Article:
Changes to ENSO under CO2 Doubling in a Multimodel Ensemble

William J. Merryfield Canadian Centre for Climate Modelling and Analysis, Meteorological Service of Canada, Victoria, British Columbia, Canada

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Abstract

An EOF analysis is used to intercompare the response of ENSO-like variability to CO2 doubling in results from 15 coupled climate models assembled for the Intergovernmental Panel on Climate Change Fourth Assessment Report. Under preindustrial conditions, 12 of the 15 models exhibit ENSO amplitudes comparable to or exceeding that observed in the second half of the twentieth century. Under CO2 doubling, three of the models exhibit statistically significant (p < 0.1) increases in ENSO amplitude, and five exhibit significant decreases. The overall amplitude changes are not strongly related to the magnitude or pattern of surface warming. It is, however, found that ENSO amplitude decreases (increases) in models having a narrow (wide) ENSO zonal wind stress response and ENSO amplitude comparable to or greater than observed. The models exhibit a mean fractional decrease in ENSO period of about 5%. Although many factors can influence the ENSO period, it is suggested that this may be related to a comparable increase in equatorial wave speed through an associated speedup of delayed-oscillator feedback. Changes in leading EOF, characterized in many of the models by a relative increase in the amplitude of SST variations in the central Pacific, are in most cases consistent with effects of anomalous zonal and vertical advection resulting from warming-induced changes in SST.

Corresponding author address: Dr. William Merryfield, Canadian Centre for Climate Modelling and Analysis, University of Victoria, P.O. Box 1700, Victoria BC V8W 2Y2, Canada. Email: bill.merryfield@ec.gc.ca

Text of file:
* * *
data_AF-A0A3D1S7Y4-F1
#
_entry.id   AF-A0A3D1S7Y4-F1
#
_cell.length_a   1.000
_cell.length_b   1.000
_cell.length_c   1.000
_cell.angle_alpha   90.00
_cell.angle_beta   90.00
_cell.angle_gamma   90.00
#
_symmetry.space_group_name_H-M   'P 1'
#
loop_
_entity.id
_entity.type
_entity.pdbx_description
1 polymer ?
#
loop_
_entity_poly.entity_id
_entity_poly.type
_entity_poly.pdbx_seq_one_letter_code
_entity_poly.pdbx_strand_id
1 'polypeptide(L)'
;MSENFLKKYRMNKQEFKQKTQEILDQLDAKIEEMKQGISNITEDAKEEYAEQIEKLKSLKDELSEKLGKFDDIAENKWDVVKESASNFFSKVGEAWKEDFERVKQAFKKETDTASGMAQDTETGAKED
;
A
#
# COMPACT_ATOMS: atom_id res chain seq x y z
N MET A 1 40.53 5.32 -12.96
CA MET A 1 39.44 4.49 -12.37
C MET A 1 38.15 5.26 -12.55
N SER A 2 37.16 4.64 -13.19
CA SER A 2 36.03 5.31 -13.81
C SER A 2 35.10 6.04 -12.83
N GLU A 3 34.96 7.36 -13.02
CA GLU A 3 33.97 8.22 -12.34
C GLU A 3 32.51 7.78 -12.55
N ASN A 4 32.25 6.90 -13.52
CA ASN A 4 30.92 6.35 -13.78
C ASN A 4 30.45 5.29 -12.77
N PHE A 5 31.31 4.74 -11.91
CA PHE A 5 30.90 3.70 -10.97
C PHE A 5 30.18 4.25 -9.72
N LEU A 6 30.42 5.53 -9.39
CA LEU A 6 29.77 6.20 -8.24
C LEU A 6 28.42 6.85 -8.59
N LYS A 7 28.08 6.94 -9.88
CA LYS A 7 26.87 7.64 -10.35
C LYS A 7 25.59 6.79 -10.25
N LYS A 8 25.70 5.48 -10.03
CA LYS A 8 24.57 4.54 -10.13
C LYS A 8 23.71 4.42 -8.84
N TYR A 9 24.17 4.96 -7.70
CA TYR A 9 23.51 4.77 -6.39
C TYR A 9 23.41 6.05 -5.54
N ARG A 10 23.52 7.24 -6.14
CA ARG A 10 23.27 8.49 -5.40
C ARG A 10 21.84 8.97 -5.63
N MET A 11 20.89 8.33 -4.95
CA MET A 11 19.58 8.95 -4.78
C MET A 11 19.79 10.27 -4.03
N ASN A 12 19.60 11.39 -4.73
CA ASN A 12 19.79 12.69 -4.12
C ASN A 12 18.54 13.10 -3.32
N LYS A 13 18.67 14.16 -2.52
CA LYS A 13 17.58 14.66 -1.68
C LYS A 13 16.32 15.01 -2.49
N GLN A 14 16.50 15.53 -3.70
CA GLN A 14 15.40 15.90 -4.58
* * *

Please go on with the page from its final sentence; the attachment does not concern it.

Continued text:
Abstract

An EOF analysis is used to intercompare the response of ENSO-like variability to CO2 doubling in results from 15 coupled climate models assembled for the Intergovernmental Panel on Climate Change Fourth Assessment Report. Under preindustrial conditions, 12 of the 15 models exhibit ENSO amplitudes comparable to or exceeding that observed in the second half of the twentieth century. Under CO2 doubling, three of the models exhibit statistically significant (p < 0.1) increases in ENSO amplitude, and five exhibit significant decreases. The overall amplitude changes are not strongly related to the magnitude or pattern of surface warming. It is, however, found that ENSO amplitude decreases (increases) in models having a narrow (wide) ENSO zonal wind stress response and ENSO amplitude comparable to or greater than observed. The models exhibit a mean fractional decrease in ENSO period of about 5%. Although many factors can influence the ENSO period, it is suggested that this may be related to a comparable increase in equatorial wave speed through an associated speedup of delayed-oscillator feedback. Changes in leading EOF, characterized in many of the models by a relative increase in the amplitude of SST variations in the central Pacific, are in most cases consistent with effects of anomalous zonal and vertical advection resulting from warming-induced changes in SST.

Corresponding author address: Dr. William Merryfield, Canadian Centre for Climate Modelling and Analysis, University of Victoria, P.O. Box 1700, Victoria BC V8W 2Y2, Canada. Email: bill.merryfield@ec.gc.ca

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